On 11/26/2011 09:45 PM, Paul M Foster wrote:
On Sat, Nov 26, 2011 at 01:26:49PM -0600, Tamara Temple wrote:

muad shibani<muad.shib...@gmail.com>  wrote:

i wanna to create one table that contains both news and articles posts,
they have similar columns like id, title, content, and date but they are
differ in one column = the source of news or article post
article has  writers that have permanent names and pictures obtained from
another table called writers that supposed to be  left joined with the news
table, while news posts simply have a source as text like AFP
or Reuters and so one.

How I can solve this ?

How you store things in tables can sometimes get a little tricky. One
way to approach this is with normalized tables and using joins in your
query like you are doing. To make this work, in your main entries table,
have a field that indicates what the entry type is. If you are doing one
select that gets both articles and news stories, having that extra field
can help you distinguish what type it is, and which fields contain data
in each record.

(cf: Wordpress wp_posts table for an example of how this is done. They
store posts, pages, and attachments in a single table this way. I can't
say if this is a better arrangement than keeping them in separate

I've had to hack this table. It's a prime example of bad design. Take a
long look at the records of this table in an active blog, with a survey
of each of the fields and their values. You'll see what I mean.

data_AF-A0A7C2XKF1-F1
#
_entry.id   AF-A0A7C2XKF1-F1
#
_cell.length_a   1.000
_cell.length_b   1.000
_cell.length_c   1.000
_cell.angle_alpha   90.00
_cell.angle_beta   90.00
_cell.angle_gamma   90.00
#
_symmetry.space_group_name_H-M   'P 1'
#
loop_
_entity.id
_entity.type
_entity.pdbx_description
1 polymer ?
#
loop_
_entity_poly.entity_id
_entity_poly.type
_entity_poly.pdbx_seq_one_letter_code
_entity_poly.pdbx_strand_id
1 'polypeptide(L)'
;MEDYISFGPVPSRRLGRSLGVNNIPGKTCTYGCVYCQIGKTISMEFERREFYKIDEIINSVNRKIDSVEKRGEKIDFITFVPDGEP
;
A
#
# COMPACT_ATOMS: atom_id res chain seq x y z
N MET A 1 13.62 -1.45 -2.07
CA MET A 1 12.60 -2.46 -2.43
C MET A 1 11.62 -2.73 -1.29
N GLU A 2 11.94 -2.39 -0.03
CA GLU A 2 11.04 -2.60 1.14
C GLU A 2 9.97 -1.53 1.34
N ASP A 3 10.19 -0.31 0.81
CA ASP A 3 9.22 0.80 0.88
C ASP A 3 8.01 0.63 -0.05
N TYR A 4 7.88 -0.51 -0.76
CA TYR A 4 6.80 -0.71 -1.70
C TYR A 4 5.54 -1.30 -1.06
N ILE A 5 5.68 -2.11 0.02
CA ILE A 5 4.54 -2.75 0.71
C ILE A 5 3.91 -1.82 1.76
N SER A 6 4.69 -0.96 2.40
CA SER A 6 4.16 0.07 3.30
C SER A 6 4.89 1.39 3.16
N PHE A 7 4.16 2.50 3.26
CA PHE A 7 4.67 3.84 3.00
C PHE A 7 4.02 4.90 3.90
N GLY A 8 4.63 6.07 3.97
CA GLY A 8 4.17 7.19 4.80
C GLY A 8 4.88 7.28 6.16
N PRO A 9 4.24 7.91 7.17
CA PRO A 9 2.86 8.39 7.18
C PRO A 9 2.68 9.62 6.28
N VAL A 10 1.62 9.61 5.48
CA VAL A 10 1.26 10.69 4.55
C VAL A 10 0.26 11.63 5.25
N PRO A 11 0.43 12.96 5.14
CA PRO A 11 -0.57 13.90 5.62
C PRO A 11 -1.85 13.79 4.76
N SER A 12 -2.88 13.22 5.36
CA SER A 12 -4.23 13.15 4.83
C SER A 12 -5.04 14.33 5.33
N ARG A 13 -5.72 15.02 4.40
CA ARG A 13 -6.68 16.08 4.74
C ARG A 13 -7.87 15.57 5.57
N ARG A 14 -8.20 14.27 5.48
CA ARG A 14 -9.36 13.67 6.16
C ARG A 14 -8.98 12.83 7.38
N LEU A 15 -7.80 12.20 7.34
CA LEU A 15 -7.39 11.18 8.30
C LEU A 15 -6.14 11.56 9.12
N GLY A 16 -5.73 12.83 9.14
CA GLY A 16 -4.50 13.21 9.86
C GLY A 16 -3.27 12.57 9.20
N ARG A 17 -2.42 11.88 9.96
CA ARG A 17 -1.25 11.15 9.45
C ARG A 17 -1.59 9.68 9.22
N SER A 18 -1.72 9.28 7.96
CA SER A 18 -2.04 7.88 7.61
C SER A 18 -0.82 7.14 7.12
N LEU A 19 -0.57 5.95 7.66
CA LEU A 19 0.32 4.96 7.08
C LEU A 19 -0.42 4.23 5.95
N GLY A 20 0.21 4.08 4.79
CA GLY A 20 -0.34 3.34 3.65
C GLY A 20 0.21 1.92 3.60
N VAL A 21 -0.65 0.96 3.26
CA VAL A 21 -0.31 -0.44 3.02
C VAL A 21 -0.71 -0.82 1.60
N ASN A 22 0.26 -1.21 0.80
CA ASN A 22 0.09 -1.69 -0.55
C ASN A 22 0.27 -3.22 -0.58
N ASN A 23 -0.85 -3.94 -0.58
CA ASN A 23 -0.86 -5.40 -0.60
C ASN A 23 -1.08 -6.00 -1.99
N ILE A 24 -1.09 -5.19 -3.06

The Drupal approach to this problem is to have a common table for all "nodes" (our generic content object thingie), and then dependent tables for type-specific stuff. So (over-simplifying):

node: id, title, type, created time, updated time, published (1 or 0)
field_body: node_id, delta, value
field_picture: node_id, delta, url
field_source: node_id, delta, url to reuters or whatever
field_writers: node_id, delta, writer name, url to writer picture
// etc.

That way, you can have the basic information all in one table and then specific fields can be shared by some, all, or just one node type, and all can be multi-value. It does mean loading up a full object is multiple queries, but really, MySQL is fast. You don't need to over-optimize your query count, and this gets you a well-normalized database.

If you know in advance exactly what your types are going to be (in Drupal they're user-configurable), you could simplify it to something like:

node: id, title, type, body. created time, updated time, published (1 or 0)
node_article: node_id, writer name, writer picture url
node_news: node_id, url to reuters or whatever

And you can still select on whatever you need. With a LEFT JOIN, you can even get back all data on all articles of both types, and just have lost of nulls in the result set for the off-record fields.

--Larry Garfield

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